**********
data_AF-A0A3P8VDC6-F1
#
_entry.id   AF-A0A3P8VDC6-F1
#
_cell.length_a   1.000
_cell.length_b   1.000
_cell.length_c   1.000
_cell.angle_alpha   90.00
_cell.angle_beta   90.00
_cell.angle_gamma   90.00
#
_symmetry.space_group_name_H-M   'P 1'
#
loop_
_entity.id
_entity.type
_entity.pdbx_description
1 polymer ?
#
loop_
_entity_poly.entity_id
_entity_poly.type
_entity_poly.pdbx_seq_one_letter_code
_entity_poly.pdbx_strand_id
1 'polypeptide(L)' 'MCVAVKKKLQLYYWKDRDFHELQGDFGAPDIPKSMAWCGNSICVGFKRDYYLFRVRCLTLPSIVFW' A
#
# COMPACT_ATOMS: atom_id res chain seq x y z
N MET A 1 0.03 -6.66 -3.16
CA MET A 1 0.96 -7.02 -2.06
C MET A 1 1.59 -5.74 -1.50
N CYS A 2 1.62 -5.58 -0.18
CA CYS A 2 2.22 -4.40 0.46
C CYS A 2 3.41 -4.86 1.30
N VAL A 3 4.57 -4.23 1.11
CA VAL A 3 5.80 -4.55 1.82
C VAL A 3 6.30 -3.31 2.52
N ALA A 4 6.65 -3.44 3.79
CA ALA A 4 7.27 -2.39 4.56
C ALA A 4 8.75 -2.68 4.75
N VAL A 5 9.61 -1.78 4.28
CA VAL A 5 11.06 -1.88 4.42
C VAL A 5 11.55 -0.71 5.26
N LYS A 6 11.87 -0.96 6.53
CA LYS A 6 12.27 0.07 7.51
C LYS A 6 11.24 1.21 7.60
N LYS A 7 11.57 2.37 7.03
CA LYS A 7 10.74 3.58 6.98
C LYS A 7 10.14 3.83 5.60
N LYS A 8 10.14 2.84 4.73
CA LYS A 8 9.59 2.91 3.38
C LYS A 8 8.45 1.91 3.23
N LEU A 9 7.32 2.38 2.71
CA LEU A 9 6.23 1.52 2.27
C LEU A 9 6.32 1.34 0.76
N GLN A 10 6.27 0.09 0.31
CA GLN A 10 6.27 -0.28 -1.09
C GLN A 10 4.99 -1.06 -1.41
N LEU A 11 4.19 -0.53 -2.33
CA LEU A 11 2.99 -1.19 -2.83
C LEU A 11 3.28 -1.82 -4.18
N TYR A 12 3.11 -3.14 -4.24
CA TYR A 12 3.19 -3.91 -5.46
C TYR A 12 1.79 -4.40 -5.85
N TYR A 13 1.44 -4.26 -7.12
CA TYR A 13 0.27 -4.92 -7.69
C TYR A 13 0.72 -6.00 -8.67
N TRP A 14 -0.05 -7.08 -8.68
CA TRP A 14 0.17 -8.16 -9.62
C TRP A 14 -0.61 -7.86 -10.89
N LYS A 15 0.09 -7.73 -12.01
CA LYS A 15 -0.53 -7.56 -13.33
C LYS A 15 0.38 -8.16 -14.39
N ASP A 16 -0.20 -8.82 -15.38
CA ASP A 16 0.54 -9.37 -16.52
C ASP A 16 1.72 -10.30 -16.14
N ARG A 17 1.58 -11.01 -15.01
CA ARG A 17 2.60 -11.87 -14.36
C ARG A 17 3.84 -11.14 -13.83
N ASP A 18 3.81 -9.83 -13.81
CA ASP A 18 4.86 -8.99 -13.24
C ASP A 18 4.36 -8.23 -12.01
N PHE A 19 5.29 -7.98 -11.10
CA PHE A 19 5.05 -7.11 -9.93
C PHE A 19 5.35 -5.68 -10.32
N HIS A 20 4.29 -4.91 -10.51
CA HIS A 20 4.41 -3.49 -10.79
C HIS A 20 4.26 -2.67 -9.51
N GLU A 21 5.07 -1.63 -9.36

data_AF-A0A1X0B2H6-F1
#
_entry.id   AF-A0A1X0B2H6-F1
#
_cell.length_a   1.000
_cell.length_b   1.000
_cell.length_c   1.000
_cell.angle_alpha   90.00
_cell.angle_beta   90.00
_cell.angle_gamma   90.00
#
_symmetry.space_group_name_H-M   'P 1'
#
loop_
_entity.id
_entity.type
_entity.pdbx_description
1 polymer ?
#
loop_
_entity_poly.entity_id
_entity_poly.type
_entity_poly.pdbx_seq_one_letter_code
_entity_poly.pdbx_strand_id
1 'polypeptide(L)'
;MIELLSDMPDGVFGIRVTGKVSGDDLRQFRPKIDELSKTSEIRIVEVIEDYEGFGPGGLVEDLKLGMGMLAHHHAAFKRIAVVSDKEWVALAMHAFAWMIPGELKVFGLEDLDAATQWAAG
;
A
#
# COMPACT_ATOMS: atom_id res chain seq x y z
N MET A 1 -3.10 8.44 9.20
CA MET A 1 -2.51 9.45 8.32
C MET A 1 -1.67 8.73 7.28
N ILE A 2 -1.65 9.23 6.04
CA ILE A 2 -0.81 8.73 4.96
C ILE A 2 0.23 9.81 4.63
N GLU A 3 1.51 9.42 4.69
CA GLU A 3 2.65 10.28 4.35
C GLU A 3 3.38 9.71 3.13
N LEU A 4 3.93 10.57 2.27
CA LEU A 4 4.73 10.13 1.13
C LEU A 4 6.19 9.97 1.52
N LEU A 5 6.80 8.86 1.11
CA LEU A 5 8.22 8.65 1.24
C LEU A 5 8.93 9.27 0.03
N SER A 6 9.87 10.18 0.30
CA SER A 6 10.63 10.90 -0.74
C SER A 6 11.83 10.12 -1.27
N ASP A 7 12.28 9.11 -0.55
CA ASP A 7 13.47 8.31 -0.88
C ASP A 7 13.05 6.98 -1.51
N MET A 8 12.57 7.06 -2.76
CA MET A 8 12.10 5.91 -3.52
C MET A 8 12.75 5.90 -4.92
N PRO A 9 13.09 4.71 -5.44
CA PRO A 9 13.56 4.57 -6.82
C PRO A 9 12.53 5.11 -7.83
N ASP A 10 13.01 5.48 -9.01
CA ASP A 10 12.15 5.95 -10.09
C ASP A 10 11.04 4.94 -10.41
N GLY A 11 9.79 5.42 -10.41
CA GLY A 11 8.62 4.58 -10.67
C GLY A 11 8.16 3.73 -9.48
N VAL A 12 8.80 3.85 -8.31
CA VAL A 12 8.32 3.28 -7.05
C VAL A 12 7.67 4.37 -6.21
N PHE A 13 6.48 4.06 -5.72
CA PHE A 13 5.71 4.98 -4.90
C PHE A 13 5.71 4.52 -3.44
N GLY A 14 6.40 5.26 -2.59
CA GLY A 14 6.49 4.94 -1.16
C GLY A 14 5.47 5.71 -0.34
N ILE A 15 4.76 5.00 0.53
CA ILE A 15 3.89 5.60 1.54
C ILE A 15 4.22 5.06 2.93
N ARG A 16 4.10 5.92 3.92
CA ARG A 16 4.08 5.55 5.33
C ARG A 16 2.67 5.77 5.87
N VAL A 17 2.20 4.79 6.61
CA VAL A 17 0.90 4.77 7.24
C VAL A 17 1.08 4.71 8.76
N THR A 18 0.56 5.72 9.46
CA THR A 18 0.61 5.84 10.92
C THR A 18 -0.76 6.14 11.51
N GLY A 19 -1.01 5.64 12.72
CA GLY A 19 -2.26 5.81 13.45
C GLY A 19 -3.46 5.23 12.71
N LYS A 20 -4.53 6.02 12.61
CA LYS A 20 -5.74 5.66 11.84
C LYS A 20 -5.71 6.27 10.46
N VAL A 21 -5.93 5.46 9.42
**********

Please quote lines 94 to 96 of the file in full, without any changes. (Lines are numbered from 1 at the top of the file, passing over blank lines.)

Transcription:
_cell.length_b   1.000
_cell.length_c   1.000
_cell.angle_alpha   90.00